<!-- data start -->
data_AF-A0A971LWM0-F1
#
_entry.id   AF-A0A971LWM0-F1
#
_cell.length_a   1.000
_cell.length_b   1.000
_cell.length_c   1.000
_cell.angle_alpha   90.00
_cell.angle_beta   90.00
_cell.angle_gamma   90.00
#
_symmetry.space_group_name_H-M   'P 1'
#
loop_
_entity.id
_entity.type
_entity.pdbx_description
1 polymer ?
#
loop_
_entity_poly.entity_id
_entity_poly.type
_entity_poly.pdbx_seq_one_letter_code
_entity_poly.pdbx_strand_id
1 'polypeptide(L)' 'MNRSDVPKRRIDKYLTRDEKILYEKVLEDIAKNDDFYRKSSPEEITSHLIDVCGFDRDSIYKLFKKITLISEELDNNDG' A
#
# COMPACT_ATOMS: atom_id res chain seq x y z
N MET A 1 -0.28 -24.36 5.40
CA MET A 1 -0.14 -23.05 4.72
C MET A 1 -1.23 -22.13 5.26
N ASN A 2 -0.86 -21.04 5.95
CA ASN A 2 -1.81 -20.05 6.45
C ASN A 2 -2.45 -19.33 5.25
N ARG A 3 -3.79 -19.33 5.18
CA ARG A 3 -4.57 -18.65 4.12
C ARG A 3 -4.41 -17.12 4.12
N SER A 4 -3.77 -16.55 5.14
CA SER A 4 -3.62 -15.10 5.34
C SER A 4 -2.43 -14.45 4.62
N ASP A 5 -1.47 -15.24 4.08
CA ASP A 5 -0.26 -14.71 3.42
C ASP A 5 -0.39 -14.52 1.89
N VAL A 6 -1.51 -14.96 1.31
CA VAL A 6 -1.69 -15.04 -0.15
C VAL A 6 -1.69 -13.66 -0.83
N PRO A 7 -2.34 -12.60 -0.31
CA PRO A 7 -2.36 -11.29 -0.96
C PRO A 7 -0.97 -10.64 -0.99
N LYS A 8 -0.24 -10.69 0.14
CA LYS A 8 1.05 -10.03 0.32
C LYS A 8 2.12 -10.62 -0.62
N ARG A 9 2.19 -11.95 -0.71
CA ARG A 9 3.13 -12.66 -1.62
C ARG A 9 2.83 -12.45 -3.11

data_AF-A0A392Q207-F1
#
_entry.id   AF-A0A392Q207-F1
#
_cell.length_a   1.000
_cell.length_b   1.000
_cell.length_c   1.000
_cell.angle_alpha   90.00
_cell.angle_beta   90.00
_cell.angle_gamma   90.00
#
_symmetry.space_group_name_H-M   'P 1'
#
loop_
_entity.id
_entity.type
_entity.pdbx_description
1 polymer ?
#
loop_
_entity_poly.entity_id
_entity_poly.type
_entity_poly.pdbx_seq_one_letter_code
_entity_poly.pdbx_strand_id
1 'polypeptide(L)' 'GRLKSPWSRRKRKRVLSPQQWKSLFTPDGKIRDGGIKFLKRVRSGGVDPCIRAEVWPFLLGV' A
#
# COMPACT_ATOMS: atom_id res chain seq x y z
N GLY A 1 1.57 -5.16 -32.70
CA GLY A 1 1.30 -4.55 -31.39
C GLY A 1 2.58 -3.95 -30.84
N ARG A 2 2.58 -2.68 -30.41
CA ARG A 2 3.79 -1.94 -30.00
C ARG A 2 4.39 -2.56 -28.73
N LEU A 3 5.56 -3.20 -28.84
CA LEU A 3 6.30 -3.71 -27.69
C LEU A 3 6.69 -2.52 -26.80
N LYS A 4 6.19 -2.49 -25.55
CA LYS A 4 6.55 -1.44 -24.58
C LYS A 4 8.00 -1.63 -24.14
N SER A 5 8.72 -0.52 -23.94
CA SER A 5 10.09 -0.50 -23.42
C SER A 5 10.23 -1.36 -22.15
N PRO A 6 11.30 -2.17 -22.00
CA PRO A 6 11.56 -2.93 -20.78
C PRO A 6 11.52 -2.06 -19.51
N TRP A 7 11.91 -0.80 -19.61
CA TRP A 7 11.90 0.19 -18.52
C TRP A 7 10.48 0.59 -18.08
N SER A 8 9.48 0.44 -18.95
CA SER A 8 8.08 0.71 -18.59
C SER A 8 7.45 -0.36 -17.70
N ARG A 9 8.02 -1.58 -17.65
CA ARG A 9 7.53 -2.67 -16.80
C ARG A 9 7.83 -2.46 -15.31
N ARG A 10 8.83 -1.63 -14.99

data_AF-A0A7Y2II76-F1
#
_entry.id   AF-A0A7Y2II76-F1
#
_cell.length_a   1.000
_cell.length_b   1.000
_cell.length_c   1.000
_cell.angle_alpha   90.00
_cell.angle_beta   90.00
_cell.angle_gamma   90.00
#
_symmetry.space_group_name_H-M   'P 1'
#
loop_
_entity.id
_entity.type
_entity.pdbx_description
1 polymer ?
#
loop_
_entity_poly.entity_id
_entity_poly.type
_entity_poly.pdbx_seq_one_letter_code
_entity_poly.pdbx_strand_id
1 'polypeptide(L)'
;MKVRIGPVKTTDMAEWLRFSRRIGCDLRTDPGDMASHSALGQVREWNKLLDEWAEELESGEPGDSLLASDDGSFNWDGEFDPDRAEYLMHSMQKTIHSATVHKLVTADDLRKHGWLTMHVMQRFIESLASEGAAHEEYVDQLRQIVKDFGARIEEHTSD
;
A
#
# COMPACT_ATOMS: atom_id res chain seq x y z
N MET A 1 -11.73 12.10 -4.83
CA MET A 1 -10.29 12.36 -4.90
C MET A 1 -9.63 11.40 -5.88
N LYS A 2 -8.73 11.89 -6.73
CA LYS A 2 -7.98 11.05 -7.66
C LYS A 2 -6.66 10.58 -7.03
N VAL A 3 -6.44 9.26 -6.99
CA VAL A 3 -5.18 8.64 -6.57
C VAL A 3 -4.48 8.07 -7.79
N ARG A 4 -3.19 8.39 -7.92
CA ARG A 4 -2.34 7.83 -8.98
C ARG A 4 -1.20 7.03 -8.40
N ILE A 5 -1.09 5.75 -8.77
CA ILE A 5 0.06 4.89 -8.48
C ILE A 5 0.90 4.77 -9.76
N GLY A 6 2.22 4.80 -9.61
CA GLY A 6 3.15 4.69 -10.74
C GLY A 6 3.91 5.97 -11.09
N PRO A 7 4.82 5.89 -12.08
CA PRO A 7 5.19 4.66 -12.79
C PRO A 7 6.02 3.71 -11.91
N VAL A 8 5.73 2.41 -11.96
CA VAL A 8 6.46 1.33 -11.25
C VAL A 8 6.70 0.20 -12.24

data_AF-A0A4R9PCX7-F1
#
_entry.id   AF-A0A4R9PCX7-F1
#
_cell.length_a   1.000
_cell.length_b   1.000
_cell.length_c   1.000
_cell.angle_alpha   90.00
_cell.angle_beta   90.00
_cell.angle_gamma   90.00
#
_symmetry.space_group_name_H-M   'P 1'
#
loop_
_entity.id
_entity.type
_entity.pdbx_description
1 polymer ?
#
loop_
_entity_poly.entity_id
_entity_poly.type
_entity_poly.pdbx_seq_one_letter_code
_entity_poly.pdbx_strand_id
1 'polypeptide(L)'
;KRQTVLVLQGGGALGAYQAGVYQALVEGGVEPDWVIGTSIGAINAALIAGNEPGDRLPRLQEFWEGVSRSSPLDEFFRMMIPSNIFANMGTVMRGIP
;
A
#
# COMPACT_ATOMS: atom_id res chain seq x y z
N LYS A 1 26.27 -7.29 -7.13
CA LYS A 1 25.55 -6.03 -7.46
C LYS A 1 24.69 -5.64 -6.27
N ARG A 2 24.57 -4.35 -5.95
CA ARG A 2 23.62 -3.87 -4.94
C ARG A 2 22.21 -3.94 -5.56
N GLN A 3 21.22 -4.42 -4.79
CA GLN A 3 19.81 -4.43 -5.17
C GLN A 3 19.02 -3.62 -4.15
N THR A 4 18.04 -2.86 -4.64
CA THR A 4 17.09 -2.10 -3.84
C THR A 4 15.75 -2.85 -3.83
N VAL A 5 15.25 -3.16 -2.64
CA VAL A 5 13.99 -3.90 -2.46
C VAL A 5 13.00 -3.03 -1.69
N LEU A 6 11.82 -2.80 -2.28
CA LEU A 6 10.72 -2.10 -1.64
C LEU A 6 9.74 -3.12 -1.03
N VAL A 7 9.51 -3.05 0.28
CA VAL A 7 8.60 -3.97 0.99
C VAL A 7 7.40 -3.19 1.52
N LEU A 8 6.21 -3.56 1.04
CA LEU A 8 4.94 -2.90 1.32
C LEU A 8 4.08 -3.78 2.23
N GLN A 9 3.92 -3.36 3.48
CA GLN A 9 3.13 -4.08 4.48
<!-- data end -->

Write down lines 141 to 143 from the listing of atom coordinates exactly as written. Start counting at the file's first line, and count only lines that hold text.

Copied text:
CA MET A 1 -10.29 12.36 -4.90
C MET A 1 -9.63 11.40 -5.88
N LYS A 2 -8.73 11.89 -6.73